For those who have seen calzones jotted on the bottom corner of your local pizza shop's menu without ever trying one -- what are you waiting for? A calzone is basically a pizza ready to devour on the go. Not to be confused with its cousin the stromboli, a calzone's outer dough is pizza dough, whereas the stromboli is made with Italian bread dough.
In the style of the great Philadelphia debate of who makes the better cheesesteak, Chow Bella now asks the question, who makes the better calzone? Clutching a calzone in each hand, this battle was one of the toughest to determine, pitting two longtime Valley pizza families against one another.
In This Corner: Spinato's
The Set-up: With five Valley locations, and the ability to ship its pizza anywhere in the continental United States, the Spinato family has been rolling out pizzas for the past 39 years.
The Good: Spinato's used a greater allocation of space inside the calzone, as it was fully stuffed with ricotta, mozzarella, pepperoni, and sauce. The sauce is a bit sweeter and the crust is perfectly golden brown. Plus, there is no trail of grease left across your hand after.
The Bad: We wanted a bit more dough wrapped around our calzone, as well as some extra sauce for dipping.
In This Corner: DeFalco's
The Setup: Owned and operated by the DeFalco family for 41 years, De Falco's interior is more a neighborhood market, with tables tucked between the shelves, and cold cases filled with olives, Italian cold cuts, and gorgeous chocolate tartufo cake.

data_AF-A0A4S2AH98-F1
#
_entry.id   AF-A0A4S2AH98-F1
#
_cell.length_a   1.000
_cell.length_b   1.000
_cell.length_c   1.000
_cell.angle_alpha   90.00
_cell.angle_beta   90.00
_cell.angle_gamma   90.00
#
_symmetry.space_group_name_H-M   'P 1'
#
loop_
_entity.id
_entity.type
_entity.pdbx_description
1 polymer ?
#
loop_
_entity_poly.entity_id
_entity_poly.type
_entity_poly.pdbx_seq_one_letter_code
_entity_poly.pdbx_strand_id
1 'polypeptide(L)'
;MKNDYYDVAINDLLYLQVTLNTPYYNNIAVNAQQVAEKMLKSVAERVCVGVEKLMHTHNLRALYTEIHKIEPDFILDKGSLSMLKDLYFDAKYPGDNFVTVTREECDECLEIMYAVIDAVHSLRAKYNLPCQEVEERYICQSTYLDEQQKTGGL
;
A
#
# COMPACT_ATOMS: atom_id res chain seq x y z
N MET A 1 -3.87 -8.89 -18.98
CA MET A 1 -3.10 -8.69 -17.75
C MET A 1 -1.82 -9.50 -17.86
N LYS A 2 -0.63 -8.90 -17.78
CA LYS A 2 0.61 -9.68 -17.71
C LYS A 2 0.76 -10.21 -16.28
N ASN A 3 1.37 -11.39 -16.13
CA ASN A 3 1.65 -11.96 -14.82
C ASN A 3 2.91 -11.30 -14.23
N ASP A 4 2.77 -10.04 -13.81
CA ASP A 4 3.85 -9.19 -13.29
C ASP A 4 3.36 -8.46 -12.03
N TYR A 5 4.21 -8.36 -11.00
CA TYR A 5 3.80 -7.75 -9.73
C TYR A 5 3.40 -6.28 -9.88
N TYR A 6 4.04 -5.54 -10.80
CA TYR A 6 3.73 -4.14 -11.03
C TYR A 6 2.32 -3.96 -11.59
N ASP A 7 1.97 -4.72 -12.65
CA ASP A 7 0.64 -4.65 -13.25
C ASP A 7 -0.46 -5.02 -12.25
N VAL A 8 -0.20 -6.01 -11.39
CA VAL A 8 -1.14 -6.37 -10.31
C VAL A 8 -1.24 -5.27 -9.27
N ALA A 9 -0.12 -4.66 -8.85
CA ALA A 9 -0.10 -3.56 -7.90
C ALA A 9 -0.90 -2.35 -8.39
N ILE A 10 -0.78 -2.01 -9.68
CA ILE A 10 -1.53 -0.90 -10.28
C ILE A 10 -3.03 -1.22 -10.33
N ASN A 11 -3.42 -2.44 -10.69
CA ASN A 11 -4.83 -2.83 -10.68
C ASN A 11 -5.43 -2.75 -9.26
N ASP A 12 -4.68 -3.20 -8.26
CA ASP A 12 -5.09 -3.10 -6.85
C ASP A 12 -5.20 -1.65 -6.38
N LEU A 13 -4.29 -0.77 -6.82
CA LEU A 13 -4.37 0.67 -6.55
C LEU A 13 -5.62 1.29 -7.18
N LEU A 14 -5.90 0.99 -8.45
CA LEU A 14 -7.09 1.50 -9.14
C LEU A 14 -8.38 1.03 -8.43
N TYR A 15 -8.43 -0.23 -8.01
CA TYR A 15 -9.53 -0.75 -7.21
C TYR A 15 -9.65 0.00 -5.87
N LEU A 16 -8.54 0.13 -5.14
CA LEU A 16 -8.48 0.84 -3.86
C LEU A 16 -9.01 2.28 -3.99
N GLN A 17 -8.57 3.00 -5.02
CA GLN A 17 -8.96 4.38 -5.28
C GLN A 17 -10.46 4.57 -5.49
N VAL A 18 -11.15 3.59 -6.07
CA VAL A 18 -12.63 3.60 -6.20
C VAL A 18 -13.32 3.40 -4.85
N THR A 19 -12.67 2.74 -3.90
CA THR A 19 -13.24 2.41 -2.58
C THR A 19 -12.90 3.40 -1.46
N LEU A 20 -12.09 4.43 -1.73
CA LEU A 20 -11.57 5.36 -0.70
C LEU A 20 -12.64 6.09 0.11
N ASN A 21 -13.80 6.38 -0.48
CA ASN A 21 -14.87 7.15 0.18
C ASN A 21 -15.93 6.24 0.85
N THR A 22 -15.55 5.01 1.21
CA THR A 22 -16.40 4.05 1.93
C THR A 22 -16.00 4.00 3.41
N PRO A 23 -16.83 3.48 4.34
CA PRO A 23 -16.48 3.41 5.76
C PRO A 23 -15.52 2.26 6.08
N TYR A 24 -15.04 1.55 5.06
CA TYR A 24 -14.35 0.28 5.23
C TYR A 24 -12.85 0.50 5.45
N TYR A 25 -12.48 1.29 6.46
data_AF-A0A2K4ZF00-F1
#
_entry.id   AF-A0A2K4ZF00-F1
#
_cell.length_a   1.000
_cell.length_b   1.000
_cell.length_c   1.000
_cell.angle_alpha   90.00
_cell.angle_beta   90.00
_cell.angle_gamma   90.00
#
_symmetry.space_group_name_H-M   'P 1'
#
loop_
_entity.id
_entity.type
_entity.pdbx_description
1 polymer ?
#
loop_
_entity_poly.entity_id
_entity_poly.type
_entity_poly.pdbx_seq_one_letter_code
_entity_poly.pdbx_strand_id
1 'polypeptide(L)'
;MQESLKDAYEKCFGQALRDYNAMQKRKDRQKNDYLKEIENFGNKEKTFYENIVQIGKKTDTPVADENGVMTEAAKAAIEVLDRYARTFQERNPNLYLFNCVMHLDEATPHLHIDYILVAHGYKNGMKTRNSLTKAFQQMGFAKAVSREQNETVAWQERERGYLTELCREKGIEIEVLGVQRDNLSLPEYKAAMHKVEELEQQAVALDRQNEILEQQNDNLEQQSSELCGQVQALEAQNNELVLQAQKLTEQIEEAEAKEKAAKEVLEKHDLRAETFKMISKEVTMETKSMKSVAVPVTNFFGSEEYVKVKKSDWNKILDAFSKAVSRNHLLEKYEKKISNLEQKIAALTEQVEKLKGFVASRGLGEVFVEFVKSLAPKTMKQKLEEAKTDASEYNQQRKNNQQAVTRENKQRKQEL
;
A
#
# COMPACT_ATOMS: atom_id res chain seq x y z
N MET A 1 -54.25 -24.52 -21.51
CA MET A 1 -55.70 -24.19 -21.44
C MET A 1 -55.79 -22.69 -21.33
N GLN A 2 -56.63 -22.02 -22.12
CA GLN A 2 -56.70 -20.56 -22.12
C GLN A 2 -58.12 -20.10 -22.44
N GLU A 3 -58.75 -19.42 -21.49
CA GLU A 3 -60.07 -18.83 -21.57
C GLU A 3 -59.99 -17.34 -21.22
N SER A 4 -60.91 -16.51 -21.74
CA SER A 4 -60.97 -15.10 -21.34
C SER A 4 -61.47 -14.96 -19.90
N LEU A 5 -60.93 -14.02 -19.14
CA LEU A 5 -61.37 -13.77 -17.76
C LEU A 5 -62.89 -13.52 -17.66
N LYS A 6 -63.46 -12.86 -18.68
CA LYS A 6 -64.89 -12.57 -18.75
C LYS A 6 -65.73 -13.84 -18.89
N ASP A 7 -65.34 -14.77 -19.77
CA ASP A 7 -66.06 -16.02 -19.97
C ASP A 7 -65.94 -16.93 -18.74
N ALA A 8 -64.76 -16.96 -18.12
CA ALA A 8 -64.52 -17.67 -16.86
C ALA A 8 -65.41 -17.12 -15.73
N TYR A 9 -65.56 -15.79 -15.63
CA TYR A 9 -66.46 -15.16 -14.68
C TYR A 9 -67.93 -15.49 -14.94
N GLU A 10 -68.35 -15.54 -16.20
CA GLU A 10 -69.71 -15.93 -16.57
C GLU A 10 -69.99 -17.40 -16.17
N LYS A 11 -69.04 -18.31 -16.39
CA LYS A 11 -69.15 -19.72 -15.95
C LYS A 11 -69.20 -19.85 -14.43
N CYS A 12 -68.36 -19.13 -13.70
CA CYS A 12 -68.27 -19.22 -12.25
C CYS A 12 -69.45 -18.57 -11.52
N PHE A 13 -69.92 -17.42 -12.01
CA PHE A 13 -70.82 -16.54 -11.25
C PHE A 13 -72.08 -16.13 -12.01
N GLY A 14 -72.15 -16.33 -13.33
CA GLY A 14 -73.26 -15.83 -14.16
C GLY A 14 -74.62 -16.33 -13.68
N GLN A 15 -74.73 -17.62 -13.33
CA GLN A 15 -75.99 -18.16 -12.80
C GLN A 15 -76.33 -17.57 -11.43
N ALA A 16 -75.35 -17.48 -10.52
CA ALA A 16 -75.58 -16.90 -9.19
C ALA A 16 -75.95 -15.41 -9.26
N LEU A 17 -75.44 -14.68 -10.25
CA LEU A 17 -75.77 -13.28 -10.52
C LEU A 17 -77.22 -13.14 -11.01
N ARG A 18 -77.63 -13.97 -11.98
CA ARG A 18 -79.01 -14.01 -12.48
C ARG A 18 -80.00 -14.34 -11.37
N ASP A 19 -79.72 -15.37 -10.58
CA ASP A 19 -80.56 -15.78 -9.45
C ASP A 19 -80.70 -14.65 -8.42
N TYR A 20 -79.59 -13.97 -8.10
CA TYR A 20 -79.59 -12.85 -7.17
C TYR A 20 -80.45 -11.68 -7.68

The Good: De Falco's calzone is doughier and offers a fabulous chewy texture. It has a nice crunchy ruffle of dough along the edge where the calzone is sealed. The dough is flavorful and stuffed full of mozzarella and pepperoni, and the sauce arrives on the side. This calzone is not greasy, which kept our hands clean for grabbing some wine.
The Bad: We would have loved some ricotta in the standard calzone, as well as a more golden crust on the exterior.
And the winner is...DeFalco's. At the end of the day, this comes down to preference, and though we wouldn't be sad to see either of these hit our table, DeFalco's calzone offered a more flavorful dough, which is what sent it over the top.
Keep Phoenix New Times Free... Since we started Phoenix New Times, it has been defined as the free, independent voice of Phoenix, and we would like to keep it that way. Offering our readers free access to incisive coverage of local news, food and culture. Producing stories on everything from political scandals to the hottest new bands, with gutsy reporting, stylish writing, and staffers who've won everything from the Society of Professional Journalists' Sigma Delta Chi feature-writing award to the Casey Medal for Meritorious Journalism. But with local journalism's existence under siege and advertising revenue setbacks having a larger impact, it is important now more than ever for us to rally support behind funding our local journalism. You can help by participating in our "I Support" membership program, allowing us to keep covering Phoenix with no paywalls.